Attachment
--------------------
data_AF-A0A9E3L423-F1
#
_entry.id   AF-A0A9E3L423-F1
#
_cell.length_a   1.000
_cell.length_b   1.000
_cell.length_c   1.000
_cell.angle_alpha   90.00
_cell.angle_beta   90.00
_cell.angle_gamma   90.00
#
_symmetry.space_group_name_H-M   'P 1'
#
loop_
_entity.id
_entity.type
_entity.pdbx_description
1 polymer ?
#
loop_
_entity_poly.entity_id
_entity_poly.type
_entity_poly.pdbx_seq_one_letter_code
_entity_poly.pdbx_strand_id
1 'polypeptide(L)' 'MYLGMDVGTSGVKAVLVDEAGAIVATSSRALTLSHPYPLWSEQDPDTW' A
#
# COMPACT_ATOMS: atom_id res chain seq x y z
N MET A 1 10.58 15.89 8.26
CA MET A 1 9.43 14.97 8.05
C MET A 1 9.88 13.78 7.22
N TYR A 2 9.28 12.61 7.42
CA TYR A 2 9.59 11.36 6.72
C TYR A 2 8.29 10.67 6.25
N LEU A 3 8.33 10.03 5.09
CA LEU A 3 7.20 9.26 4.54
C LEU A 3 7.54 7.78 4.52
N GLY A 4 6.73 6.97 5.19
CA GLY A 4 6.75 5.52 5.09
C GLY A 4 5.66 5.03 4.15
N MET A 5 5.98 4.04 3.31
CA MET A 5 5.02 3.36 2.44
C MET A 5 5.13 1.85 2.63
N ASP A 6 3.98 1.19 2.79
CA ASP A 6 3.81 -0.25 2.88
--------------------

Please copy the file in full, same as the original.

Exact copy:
data_AF-A0A9E3L423-F1
#
_entry.id   AF-A0A9E3L423-F1
#
_cell.length_a   1.000
_cell.length_b   1.000
_cell.length_c   1.000
_cell.angle_alpha   90.00
_cell.angle_beta   90.00
_cell.angle_gamma   90.00
#
_symmetry.space_group_name_H-M   'P 1'
#
loop_
_entity.id
_entity.type
_entity.pdbx_description
1 polymer ?
#
loop_
_entity_poly.entity_id
_entity_poly.type
_entity_poly.pdbx_seq_one_letter_code
_entity_poly.pdbx_strand_id
1 'polypeptide(L)' 'MYLGMDVGTSGVKAVLVDEAGAIVATSSRALTLSHPYPLWSEQDPDTW' A
#
# COMPACT_ATOMS: atom_id res chain seq x y z
N MET A 1 10.58 15.89 8.26
CA MET A 1 9.43 14.97 8.05
C MET A 1 9.88 13.78 7.22
N TYR A 2 9.28 12.61 7.42
CA TYR A 2 9.59 11.36 6.72
C TYR A 2 8.29 10.67 6.25
N LEU A 3 8.33 10.03 5.09
CA LEU A 3 7.20 9.26 4.54
C LEU A 3 7.54 7.78 4.52
N GLY A 4 6.73 6.97 5.19
CA GLY A 4 6.75 5.52 5.09
C GLY A 4 5.66 5.03 4.15
N MET A 5 5.98 4.04 3.31
CA MET A 5 5.02 3.36 2.44
C MET A 5 5.13 1.85 2.63
N ASP A 6 3.98 1.19 2.79
CA ASP A 6 3.81 -0.25 2.88